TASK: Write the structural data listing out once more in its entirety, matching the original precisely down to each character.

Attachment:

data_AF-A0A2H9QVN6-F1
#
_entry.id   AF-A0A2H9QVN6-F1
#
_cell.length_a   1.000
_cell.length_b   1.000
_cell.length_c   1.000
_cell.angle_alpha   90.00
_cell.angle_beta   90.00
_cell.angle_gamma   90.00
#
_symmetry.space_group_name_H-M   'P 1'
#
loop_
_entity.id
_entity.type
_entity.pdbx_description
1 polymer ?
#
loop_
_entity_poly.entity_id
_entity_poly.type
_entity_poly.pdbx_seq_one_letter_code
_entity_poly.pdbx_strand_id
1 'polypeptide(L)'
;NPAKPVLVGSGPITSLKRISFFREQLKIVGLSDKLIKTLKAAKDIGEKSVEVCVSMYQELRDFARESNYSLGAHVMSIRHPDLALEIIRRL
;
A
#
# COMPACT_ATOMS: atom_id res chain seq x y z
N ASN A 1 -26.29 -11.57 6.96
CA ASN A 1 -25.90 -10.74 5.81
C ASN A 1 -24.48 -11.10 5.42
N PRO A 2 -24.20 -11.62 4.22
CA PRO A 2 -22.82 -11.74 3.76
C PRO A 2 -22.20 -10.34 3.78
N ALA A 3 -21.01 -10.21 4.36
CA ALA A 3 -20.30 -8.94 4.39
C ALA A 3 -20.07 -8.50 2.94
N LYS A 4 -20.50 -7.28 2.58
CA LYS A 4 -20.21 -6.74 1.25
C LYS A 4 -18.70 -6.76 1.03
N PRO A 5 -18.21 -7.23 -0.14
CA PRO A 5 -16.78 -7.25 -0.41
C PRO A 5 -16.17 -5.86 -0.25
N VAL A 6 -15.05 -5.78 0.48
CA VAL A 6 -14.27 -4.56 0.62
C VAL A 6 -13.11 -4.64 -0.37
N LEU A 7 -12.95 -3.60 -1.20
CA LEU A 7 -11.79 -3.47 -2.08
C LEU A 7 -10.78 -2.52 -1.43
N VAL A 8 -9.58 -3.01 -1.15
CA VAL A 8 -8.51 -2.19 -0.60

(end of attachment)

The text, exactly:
data_AF-A0A2H9QVN6-F1
#
_entry.id   AF-A0A2H9QVN6-F1
#
_cell.length_a   1.000
_cell.length_b   1.000
_cell.length_c   1.000
_cell.angle_alpha   90.00
_cell.angle_beta   90.00
_cell.angle_gamma   90.00
#
_symmetry.space_group_name_H-M   'P 1'
#
loop_
_entity.id
_entity.type
_entity.pdbx_description
1 polymer ?
#
loop_
_entity_poly.entity_id
_entity_poly.type
_entity_poly.pdbx_seq_one_letter_code
_entity_poly.pdbx_strand_id
1 'polypeptide(L)'
;NPAKPVLVGSGPITSLKRISFFREQLKIVGLSDKLIKTLKAAKDIGEKSVEVCVSMYQELRDFARESNYSLGAHVMSIRHPDLALEIIRRL
;
A
#
# COMPACT_ATOMS: atom_id res chain seq x y z
N ASN A 1 -26.29 -11.57 6.96
CA ASN A 1 -25.90 -10.74 5.81
C ASN A 1 -24.48 -11.10 5.42
N PRO A 2 -24.20 -11.62 4.22
CA PRO A 2 -22.82 -11.74 3.76
C PRO A 2 -22.20 -10.34 3.78
N ALA A 3 -21.01 -10.21 4.36
CA ALA A 3 -20.30 -8.94 4.39
C ALA A 3 -20.07 -8.50 2.94
N LYS A 4 -20.50 -7.28 2.58
CA LYS A 4 -20.21 -6.74 1.25
C LYS A 4 -18.70 -6.76 1.03
N PRO A 5 -18.21 -7.23 -0.14
CA PRO A 5 -16.78 -7.25 -0.41
C PRO A 5 -16.17 -5.86 -0.25
N VAL A 6 -15.05 -5.78 0.48
CA VAL A 6 -14.27 -4.56 0.62
C VAL A 6 -13.11 -4.64 -0.37
N LEU A 7 -12.95 -3.60 -1.20
CA LEU A 7 -11.79 -3.47 -2.08
C LEU A 7 -10.78 -2.52 -1.43
N VAL A 8 -9.58 -3.01 -1.15
CA VAL A 8 -8.51 -2.19 -0.60